Testing requirements to get into a Catholic high school differ depending on where you live; and the level of importance that's put on the entrance tests depends on the school to which you apply. Which test you need to take, too, depends on the school. Although the COOP and HSPT are the two most commonly used exams, some schools require you to take the SSAT or ISEE instead. Here's a quick overview of what you can expect on each of these exams.
Cooperative Entrance Examination (COOP)
The format of the COOP changes every year. Multiple-choice options are labeled either A, B, C, and D or D, E, F, and J. This change in lettering is done to help you keep track of the questions you're working on, especially if you skip a question and plan to go back to it. You should expect questions in the topics of sequences, analogies, quantitative reasoning, verbal reasoning, reading and language arts, and math.
Like most standardized tests, you receive a "raw" score that is then converted into a "scaled" score. The scaled score helps administrators compare your score with the scores of other students who took the same test. You're also given a percentile rank, which is your standing in relation to the other test takers.
The raw score is based on the number of questions you answer correctly. The good news is that you aren't penalized for incorrect answers, so make sure you answer every question, even if you have to guess.
Your score on this test is used for both the admissions process and determining your placement in the ninth grade. You can take the COOP exam only once, so make sure you're well prepared.
The High School Placement Test (HSPT)
Developed by the Scholastic Testing Service, the HSPT is a multiple-choice exam. Optional tests also exist that aren't required by all schools — Catholic Religion, Mechanical Aptitude, and Science - but the results of these optional tests aren't included in the final HSPT score. When you apply to take the HSPT, ask your advisor whether the schools you're applying to require any of these optional tests.
The HSPT is a multiple-choice exam. Although the number and types of questions on the HSPT have been fairly stable throughout the years, it is subject to change. At the time of writing, the test is divided into sections covering Verbal Skills, Quantitative Skills, Reading, Mathematics, and Language Skills.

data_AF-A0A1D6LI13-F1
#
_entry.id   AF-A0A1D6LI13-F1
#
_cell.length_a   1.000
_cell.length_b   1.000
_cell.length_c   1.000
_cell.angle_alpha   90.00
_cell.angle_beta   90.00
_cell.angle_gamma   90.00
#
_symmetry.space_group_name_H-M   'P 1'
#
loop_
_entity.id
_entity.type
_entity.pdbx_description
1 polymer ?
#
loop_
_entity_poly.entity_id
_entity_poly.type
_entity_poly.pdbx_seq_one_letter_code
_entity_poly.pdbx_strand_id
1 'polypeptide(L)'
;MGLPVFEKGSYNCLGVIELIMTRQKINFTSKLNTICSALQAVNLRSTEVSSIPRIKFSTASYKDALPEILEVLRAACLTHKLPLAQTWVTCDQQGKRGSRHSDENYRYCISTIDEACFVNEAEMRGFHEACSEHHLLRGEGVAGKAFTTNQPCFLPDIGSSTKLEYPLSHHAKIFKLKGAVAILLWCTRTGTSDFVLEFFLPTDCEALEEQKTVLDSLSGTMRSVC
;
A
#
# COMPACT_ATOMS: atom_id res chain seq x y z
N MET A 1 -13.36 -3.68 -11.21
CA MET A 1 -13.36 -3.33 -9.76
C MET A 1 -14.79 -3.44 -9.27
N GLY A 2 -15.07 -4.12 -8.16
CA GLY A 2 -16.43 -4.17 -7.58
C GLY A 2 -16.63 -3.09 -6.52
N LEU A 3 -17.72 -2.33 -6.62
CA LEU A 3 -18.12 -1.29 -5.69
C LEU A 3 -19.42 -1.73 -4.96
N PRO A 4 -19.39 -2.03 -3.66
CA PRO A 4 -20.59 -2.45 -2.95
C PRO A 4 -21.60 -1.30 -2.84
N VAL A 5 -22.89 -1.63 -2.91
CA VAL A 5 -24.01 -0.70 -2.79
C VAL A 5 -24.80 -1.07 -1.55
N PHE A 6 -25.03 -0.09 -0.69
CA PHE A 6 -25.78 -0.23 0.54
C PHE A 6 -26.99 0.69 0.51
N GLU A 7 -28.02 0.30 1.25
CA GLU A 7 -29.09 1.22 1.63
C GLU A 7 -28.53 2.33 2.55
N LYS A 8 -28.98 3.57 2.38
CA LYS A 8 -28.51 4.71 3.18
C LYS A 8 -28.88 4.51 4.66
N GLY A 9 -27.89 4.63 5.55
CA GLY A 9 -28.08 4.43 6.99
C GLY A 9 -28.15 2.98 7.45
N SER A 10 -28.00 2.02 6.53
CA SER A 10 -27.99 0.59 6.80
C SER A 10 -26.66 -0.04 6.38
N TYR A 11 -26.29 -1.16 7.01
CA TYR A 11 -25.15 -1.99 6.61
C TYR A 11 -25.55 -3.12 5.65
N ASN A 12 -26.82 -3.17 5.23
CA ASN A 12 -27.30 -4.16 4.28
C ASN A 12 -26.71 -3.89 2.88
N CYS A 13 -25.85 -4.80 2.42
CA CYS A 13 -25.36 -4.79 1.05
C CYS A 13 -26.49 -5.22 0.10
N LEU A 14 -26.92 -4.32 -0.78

Like the COOP exam, your raw HSPT score is based entirely on the number of questions you answer correctly - you don't lose points for incorrect answers — so make sure you answer every question on the test. Your raw score is converted to a scaled score between 200 and 800; that's the score the admissions personnel use to evaluate you.
The Secondary School Admission Test (SSAT)
The SSAT (administered by the Secondary School Admission Test Board, or SSATB) is a standard admissions test used by independent high schools throughout the country. The SSAT is divided into a Writing Sample section, in which you're expected to write a brief essay in support of an argument; two Quantitative (math) sections; a Verbal section containing synonym and analogy questions; and a Reading Comprehension section.
Except for the Writing section, all questions are multiple choice. Unlike the other test scores, SSAT scores are based on the number of questions you answer correctly minus a quarter of a point for each incorrect answer. There is no penalty for not answering a question. Thus, guessing at answers is a riskier game here.
Despite the similarities in their abbreviations, the SSAT has nothing to do with the PSAT or SAT.
Independent School Entrance Examination (ISEE)
Administered by the Educational Records Bureau, the ISEE consists of four multiple-choice sections — Verbal Reasoning, Quantitative Reasoning, Reading Comprehension, and Mathematics Achievement — and one half-hour essay question.
Your score is reported in three ways for each multiple choice section:
- Scaled Score: A score between 760 and 940 that documents your overall performance on each test.
- Percentile Score: A score from 1 to 99 that shows how you compared to a "norm" group for that test.
- Stanine Score: A score from 1 to 9 that is derived by dividing the entire distribution of students' scores into nine segments. This score permits comparisons between a student's performance on the ability tests (Verbal Reasoning and Quantitative Reasoning) and the related achievement tests (Reading Comprehension and Mathematics Achievement, respectively).